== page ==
had a bingo, like you had a game-winning pattern
when, in fact, you did not?
“[Lt. Reese]: No sir.”
On cross-examination, Lt. Reese stated that the bingo balls
displayed on the machines were video representations, that the
balls were drawn and would fall electronically, and that the
claiming of the prizes was done electronically. Lt. Reese
also stated that if the machine being played did not win the
game, the machine would identify numerically the machine that
won the game. He explained that when a person initiated a
machine and there were not enough machines engaged to play,
the machine would post a message stating “waiting for other
players.” Lt. Reese further explained that, although the
machines of the other players playing the game were identified
on a player’s machine, a player could not determine who else
was involved in the game. Lt. Reese testified that he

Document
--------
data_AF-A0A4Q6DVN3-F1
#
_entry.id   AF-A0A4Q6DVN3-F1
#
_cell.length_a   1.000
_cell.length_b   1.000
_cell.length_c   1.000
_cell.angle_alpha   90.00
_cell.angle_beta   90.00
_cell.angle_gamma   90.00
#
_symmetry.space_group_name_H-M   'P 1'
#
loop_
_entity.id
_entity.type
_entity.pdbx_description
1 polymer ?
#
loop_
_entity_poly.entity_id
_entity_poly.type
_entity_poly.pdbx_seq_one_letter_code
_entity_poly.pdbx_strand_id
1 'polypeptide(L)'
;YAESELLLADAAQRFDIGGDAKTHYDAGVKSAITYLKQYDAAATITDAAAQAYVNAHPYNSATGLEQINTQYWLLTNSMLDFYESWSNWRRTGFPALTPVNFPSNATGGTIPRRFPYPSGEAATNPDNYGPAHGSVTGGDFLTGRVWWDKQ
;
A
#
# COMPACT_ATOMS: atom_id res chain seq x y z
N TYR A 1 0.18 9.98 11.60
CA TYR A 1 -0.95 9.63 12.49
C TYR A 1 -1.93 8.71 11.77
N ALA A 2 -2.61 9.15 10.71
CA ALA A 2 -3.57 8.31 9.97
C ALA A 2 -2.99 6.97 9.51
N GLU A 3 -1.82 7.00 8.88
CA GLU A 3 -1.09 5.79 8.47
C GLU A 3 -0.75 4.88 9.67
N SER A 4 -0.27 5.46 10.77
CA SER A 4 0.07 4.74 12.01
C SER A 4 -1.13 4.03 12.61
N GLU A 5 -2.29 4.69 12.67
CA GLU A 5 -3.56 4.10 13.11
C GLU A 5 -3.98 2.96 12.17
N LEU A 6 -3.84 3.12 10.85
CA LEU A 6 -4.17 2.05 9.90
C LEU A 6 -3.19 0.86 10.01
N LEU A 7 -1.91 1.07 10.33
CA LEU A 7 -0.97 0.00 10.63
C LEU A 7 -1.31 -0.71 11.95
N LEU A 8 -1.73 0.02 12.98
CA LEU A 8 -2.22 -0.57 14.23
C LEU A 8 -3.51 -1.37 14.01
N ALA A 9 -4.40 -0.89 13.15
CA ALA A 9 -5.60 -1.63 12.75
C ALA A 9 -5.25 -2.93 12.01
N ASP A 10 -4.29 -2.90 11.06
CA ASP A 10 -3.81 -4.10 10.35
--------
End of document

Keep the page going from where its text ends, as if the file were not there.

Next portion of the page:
believed the machines seized at Greenetrack were slot
Greenetrack presented testimony from Richard LaBrocca,
Senior Director of Engineering at Gaming Laboratories
International (“GLI”). The circuit court certified him as an
expert to testify “as to the generally accepted practices,
methodologies and protocols for forensic software analysis,
compliance testing and classification of electronic games and
amusement devices.” The following excerpt from LaBrocca’s
testimony explains the evolution of what he refers to as
“electronic marking devices”:
[Greenetrack’s counsel]: Now, when did [cards] give
way, so to speak, to the development of electronic
games* When did that occur?
“[LaBrocca]: … [A]ctually starting late ’80s,
’90s, you started seeing electronic marking devices
making their way into the field. Those devices
basically replaced the paper product with a reusable
product. That also assisted the players in
completing certain aspects of the game.